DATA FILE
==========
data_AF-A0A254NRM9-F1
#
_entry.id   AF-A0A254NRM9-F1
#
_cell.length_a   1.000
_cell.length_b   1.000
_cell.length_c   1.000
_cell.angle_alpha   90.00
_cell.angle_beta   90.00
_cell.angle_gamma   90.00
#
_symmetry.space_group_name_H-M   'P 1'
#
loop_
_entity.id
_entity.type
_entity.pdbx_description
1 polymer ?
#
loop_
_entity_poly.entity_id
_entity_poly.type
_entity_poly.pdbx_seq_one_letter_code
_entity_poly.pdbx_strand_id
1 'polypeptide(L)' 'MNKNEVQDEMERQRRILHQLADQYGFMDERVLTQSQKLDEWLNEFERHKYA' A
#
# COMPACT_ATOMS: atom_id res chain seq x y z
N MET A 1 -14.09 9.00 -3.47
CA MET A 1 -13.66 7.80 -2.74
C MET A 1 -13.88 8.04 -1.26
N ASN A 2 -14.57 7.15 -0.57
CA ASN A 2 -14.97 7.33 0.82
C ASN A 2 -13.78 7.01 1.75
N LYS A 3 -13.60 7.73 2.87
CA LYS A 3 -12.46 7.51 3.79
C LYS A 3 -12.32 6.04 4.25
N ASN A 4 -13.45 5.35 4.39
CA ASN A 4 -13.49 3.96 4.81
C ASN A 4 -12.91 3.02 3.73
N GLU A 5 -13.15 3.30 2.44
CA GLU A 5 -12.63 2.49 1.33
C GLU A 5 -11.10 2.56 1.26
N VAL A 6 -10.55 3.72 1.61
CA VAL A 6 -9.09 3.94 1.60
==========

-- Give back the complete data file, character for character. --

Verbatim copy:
data_AF-A0A254NRM9-F1
#
_entry.id   AF-A0A254NRM9-F1
#
_cell.length_a   1.000
_cell.length_b   1.000
_cell.length_c   1.000
_cell.angle_alpha   90.00
_cell.angle_beta   90.00
_cell.angle_gamma   90.00
#
_symmetry.space_group_name_H-M   'P 1'
#
loop_
_entity.id
_entity.type
_entity.pdbx_description
1 polymer ?
#
loop_
_entity_poly.entity_id
_entity_poly.type
_entity_poly.pdbx_seq_one_letter_code
_entity_poly.pdbx_strand_id
1 'polypeptide(L)' 'MNKNEVQDEMERQRRILHQLADQYGFMDERVLTQSQKLDEWLNEFERHKYA' A
#
# COMPACT_ATOMS: atom_id res chain seq x y z
N MET A 1 -14.09 9.00 -3.47
CA MET A 1 -13.66 7.80 -2.74
C MET A 1 -13.88 8.04 -1.26
N ASN A 2 -14.57 7.15 -0.57
CA ASN A 2 -14.97 7.33 0.82
C ASN A 2 -13.78 7.01 1.75
N LYS A 3 -13.60 7.73 2.87
CA LYS A 3 -12.46 7.51 3.79
C LYS A 3 -12.32 6.04 4.25
N ASN A 4 -13.45 5.35 4.39
CA ASN A 4 -13.49 3.96 4.81
C ASN A 4 -12.91 3.02 3.73
N GLU A 5 -13.15 3.30 2.44
CA GLU A 5 -12.63 2.49 1.33
C GLU A 5 -11.10 2.56 1.26
N VAL A 6 -10.55 3.72 1.61
CA VAL A 6 -9.09 3.94 1.60